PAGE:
Ptolémée

This article concerns the astronomer. For the Pharaons of the period lagide, to see .


Ptolémée
Ptolémée

Claudius Ptolemaeus, commonly called Ptolémée (Ptolémaïs de Thébaïde () 90 - Canope 168) was one and astrologer Greek who lived with Alexandria (today in ). It is also one of the precursors of .

Ptolémée was the author of several scientific treaties, whose two exerted thereafter a very great influence on sciences Islamic and European. One is the treaty of astronomy, which is known today under the name ofAlmageste (in Greek? ?????? ????????, The great treaty). The other is Geography, which is a discussion thorough on geographical knowledge of the world gréco-Roman.

Synopsis

Astronomy

Ptolémée is the author of a treaty of astronomy known under the name ofAlmageste (Al in Arabic, follow-up of a Greek superlative means "the very large one"). In this work, it proposed a model geocentric , which was accepted like model in the Western worlds and Arabic during more than thousand three hundred years. Almageste also contains a star catalogue and a list the forty-eight one , former to the modern system of constellations although not covering all celestial sphere.

Geography

The chart of the world of Ptolémée, reconstituted from its Geographia (towards 150), the countries indicate of Serica, Sinae () with the extreme right-hand side, beyond the island of Taprobane (, too large) and itAurea Chersonesus ().

Its Geography is another?uvre major. It acts of a compilation of knowledge of of the world at the time ofworsen Roman. Ptolémée was primarily based on work of another geographer, Marinus de Tyr, and on the geographical indices of the empires Roman and , but the majority of its sources beyond the perimeter of the empire were doubtful origins.

The first part of Geography is a discussion on the data and the methods which it used. As for the model of the solar system inAlmageste, Ptolémée unified in a great unit all information it had. It allotted co-ordinates with all the geographical places and characteristics that he knew, in a grid which covered the sphere. latitude was measured fromequator, like today, but Ptolémée preferred to rather express it according to the duration of the longest day than in degrees (duration of solstice from summer from 12 noon passes to 12 midnight as one moves away from the equator towards polar circle). It fixed it meridian line of longitude 0 at the point more in the west which he knew, them The Canaries.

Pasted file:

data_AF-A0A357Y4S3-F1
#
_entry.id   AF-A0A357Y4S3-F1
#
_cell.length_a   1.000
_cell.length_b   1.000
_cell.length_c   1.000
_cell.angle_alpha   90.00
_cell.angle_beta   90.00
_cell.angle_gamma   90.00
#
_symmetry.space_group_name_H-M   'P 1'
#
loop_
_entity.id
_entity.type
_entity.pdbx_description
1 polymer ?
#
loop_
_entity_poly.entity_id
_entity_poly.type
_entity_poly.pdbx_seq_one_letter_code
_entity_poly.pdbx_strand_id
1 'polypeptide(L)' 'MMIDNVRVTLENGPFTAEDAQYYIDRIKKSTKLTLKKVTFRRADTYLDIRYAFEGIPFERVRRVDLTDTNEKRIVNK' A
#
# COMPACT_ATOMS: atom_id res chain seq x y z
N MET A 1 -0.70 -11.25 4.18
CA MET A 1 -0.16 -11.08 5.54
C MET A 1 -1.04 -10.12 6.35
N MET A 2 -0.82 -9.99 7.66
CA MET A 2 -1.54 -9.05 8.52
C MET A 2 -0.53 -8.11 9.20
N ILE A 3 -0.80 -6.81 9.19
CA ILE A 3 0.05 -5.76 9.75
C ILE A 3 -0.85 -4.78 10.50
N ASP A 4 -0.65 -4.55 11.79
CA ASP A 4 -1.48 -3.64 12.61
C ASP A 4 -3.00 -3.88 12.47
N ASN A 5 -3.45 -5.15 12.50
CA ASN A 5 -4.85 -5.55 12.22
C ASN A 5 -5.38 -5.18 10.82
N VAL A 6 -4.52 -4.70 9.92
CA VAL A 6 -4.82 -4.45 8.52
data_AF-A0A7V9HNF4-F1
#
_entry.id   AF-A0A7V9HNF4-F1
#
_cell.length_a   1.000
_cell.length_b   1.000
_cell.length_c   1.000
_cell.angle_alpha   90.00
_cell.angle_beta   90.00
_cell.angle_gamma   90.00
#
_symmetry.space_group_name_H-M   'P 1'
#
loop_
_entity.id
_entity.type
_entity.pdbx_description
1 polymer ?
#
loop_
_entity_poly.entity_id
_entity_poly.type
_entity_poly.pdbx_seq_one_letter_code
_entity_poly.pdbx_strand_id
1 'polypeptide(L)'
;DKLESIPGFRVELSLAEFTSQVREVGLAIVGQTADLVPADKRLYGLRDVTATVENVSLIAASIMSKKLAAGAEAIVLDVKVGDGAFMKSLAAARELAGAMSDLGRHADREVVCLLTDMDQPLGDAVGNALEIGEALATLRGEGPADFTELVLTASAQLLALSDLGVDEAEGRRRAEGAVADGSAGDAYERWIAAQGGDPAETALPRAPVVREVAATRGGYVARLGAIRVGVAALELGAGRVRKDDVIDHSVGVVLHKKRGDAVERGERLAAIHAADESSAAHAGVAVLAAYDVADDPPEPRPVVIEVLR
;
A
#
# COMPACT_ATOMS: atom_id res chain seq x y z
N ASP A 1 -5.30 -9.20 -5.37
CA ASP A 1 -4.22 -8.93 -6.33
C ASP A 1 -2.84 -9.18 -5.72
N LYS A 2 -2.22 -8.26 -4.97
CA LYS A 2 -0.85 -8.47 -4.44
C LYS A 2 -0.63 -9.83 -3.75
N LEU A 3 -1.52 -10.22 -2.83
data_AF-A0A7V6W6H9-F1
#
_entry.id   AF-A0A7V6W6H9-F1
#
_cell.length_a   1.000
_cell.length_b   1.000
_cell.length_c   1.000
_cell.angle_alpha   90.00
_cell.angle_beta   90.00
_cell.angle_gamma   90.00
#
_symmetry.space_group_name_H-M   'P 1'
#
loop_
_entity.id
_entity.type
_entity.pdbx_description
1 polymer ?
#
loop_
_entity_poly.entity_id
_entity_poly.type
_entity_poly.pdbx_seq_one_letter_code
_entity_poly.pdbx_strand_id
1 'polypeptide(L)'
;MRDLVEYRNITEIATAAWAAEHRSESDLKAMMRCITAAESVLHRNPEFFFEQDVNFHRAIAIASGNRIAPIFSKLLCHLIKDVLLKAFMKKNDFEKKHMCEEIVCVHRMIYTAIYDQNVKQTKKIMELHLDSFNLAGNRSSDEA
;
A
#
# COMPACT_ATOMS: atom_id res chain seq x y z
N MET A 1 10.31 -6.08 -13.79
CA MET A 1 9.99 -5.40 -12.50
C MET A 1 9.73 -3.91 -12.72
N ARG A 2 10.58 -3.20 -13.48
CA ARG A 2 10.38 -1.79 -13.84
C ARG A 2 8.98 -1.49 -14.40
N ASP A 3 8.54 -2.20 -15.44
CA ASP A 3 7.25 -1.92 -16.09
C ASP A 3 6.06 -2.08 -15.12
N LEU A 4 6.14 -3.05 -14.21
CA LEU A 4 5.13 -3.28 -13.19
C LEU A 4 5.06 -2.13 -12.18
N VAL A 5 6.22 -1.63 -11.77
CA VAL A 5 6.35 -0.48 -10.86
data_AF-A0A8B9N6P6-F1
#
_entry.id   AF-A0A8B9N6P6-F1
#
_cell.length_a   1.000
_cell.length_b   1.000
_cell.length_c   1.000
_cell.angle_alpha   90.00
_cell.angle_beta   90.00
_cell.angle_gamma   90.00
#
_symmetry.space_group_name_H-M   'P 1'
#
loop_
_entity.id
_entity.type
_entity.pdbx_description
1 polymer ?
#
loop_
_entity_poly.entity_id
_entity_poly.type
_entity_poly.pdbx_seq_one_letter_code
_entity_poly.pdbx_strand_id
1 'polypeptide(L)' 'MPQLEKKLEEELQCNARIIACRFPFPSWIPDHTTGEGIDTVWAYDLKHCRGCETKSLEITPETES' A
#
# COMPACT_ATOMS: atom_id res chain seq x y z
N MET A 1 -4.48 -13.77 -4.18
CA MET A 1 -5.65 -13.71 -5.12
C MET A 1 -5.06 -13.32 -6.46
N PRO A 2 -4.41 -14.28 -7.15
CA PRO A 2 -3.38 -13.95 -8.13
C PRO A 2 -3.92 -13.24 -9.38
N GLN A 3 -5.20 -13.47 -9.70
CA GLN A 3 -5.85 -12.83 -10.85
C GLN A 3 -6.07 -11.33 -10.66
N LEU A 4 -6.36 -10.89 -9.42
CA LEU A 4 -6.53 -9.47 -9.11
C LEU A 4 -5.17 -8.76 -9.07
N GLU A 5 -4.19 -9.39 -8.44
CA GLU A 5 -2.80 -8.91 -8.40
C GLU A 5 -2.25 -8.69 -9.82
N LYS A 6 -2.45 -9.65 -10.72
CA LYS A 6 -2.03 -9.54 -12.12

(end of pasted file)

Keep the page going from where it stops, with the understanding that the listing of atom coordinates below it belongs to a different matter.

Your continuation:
Ptolémée also imagined and provided instructions on the way of drawing charts, at the same time of everyone inhabited (oikoumenè) and of the Roman provinces. In the second part of Geography, it provided the lists topographic necessary, and of the legends to the charts. Its oikoumenè covered 180 degrees of longitude of the Canaries (in) until , and approximately 80 degrees of latitude of the Arctic with The Indies and far in . Ptolémée was quite conscious that its knowledge covered only one quarter of the sphere.

Unfortunately, oldest charts of the manuscripts of Geography from Ptolémée go back only to approximately, after the rediscovery of the text by Maximus Planudes.

Astrology

The treaty of Ptolémée on astrology, it Tetrabiblos, was the work astrological most famous of Antiquity. It exerted a great influence in the study of the celestial bodies in the sphere . Thus, it provided explanations of the astrological effects of , according to the their effects heating, refreshing, dampener, and drying.

Music

Ptolémée also wrote them Harmonics, a treaty of musicology of reference. After a criticism of approaches of its predecessors, Ptolémée pleads there to base musical intervals on mathematical proportions (contrary to the partisans of Aristoxène) supported by empirical observation (contrary to the purely theoretical approach ofSchool pythagorician). It presented its own divisions of the tétracorde and ofoctave, that it derived with the assistance from a monocorde. The interest of Ptolémée for astronomy also appears in a discussion on music of the spheres.

Homages

4001 Ptolémée (4001 Ptolemaeus) was named in its honor, just like the Ptolémée craters on and on .

External bond

 

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